Cars > News

Australian-spec MG GT scored zero stars in ANCAP assessment

Its crossover siblings fared much better down under

Not a good look for the pseudo-British brand. PHOTO FROM ANCAP

Safety has been a major concern in Chinese car stereotypes. While many contemporary models have passed the strict Australasian New Car Assessment Program (ANCAP), the MG 5 left the testing center empty-handed.

Note that this should not be confused with this other MG 5. The car moniker as used in this story is the original name of the MG GT, which has been on sale in our market for a year now.

A penetration that deep at 32km/h smells of trouble. PHOTOS FROM ANCAP

The GT underwent the strict ANCAP guidelines aligning with the European version (Euro NCAP) starting in 2018, and the compact sedan scored zero stars overall, the third in ANCAP’s history joining the Mahindra Scorpio SUV and the Mitsubishi Express van.

The GT scored 37% in adult occupant protection and 58% in child occupant protection, citing poor chest and leg safety in front-offset and full-width frontal tests. For reference, a comparable Toyota Corolla scored 96% and 83% in adult and child protection, respectively.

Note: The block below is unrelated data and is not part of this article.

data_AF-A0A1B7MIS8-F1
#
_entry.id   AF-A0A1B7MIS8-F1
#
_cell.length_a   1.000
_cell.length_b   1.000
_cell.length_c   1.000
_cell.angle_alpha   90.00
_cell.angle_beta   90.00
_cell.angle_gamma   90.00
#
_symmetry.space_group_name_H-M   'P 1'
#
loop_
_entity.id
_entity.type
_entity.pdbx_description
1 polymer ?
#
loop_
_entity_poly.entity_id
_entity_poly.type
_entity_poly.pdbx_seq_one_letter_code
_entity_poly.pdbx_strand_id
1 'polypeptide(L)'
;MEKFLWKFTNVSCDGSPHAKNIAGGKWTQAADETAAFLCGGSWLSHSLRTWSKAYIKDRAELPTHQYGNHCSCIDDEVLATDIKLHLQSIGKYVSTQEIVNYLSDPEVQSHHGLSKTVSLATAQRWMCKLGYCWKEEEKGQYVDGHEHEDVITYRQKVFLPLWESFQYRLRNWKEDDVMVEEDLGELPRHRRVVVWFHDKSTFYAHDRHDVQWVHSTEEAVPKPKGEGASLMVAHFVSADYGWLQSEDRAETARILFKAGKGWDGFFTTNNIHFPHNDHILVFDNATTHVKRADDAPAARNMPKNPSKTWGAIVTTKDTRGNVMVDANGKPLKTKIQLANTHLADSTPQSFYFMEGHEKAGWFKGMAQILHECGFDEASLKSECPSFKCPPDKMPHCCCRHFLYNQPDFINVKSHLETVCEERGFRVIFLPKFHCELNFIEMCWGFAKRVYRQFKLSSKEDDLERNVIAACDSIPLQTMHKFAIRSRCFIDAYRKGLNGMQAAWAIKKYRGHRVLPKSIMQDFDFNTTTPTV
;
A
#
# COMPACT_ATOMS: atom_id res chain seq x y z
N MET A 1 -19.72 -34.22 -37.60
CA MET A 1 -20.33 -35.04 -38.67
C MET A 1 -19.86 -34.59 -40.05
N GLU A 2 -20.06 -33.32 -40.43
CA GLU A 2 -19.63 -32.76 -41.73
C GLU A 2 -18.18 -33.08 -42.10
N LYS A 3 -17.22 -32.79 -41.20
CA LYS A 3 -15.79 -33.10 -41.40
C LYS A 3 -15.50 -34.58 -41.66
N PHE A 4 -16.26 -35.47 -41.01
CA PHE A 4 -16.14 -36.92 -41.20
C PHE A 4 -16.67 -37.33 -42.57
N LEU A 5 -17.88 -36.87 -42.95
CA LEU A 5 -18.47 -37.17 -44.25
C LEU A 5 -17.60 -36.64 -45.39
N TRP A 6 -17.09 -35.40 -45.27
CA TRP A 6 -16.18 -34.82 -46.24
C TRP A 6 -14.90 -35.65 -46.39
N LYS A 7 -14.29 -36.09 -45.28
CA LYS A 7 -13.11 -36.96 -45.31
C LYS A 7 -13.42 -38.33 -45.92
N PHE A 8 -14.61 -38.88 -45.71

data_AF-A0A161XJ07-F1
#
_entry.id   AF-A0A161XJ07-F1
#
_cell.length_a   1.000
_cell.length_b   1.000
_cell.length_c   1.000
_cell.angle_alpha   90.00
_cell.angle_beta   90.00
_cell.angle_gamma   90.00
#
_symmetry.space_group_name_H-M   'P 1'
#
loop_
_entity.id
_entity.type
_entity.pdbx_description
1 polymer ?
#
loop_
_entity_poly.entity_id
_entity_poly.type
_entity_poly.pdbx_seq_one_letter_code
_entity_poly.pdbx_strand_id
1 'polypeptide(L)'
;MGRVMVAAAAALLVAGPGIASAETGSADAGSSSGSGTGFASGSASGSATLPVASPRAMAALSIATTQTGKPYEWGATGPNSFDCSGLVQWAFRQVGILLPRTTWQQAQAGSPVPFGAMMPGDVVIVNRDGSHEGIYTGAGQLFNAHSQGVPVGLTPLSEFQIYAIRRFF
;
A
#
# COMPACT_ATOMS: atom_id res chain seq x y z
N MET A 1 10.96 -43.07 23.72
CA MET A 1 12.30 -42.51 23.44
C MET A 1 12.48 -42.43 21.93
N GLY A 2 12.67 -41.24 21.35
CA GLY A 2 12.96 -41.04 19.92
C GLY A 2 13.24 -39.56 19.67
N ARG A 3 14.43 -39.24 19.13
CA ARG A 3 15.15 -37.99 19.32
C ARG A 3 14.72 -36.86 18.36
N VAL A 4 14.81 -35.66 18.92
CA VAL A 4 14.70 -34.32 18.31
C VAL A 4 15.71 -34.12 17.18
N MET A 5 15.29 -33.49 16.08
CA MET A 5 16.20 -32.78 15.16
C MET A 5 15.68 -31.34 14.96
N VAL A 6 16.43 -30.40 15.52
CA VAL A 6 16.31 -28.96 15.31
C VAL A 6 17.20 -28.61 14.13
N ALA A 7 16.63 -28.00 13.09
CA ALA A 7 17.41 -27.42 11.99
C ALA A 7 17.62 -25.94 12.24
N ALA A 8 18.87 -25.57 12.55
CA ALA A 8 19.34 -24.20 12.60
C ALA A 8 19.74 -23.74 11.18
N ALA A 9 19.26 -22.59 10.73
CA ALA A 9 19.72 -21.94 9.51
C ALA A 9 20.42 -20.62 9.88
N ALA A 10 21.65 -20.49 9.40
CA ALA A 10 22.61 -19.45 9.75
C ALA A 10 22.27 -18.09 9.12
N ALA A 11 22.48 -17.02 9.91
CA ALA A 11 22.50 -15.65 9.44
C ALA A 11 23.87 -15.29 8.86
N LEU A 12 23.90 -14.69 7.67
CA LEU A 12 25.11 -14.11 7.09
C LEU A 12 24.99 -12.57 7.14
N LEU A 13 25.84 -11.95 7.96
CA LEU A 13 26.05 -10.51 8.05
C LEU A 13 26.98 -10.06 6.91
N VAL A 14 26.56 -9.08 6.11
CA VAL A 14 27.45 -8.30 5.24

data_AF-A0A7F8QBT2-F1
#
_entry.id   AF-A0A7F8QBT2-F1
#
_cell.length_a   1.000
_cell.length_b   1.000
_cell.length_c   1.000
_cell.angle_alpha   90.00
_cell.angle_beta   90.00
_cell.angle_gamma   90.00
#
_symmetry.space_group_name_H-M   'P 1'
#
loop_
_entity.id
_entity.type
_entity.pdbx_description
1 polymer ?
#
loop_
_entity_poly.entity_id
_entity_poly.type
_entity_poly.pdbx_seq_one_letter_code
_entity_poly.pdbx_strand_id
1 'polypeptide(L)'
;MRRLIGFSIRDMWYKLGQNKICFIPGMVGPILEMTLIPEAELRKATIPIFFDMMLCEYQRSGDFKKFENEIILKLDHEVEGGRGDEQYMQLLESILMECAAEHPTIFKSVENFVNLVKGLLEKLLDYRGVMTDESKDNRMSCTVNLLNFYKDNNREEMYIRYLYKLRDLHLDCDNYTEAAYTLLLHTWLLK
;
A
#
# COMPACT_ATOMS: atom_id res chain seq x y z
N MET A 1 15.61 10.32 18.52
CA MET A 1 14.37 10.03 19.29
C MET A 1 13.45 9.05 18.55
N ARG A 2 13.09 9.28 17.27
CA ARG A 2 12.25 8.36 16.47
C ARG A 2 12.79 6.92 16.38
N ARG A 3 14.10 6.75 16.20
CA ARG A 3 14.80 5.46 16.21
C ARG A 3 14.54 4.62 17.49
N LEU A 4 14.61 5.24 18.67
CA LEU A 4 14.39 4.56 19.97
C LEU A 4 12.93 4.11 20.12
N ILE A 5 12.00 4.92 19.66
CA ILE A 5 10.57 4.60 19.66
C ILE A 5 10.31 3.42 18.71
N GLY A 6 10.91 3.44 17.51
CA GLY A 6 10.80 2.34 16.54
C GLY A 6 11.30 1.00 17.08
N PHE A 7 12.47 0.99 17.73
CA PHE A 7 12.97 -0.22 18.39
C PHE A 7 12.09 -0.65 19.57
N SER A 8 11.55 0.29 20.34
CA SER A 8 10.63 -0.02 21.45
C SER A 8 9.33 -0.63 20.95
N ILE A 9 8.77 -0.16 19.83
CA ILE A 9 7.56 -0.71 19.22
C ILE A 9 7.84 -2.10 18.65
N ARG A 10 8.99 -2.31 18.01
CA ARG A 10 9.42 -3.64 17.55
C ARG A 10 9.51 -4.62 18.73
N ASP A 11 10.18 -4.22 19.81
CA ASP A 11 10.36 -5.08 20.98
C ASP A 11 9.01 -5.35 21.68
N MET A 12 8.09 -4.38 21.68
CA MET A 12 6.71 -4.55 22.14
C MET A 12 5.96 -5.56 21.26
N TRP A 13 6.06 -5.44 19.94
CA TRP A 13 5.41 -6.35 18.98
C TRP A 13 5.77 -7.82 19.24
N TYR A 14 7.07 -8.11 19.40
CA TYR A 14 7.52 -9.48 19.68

MG sacrificed some safety features for autonomous braking and a lower starting price. PHOTOS FROM ANCAP

However, the other assessments for the vehicle were specific toward the Australian-spec MG 5.

The lack of seatbelt pre-tensioners was also brought up, only having them in the front seats of the Essence trim and none at all in the base Vibe trim.

For clarity, the Philippine-spec MG GT Alpha and Sport have seatbelt pre-tensioners for front and rear passengers fitted as standard.

While our local GT offers lane departure warning and forward collision warning, its Aussie counterpart ditched said options in favor of an autonomous emergency brake system that barely impressed ANCAP’s safety assist tests.

We don't wish for any MG GT owners to end up in these situations. PHOTOS FROM ANCAP

This came as a surprise from MG after the HS and the MG 4 EV also underwent the same standards but came home with flying colors and five stars.

Other Chinese brands—like BYD, GWM, and Omoda—achieved similar yet impressive results, so it’s no excuse for SAIC Motor to compromise passenger safety in this segment and cut costs in the Australian market.

Justin Young

Justin loves cars of all forms. Molded by motoring TV shows and Internet car culture, he sees the world from a different perspective that not many get to see every day.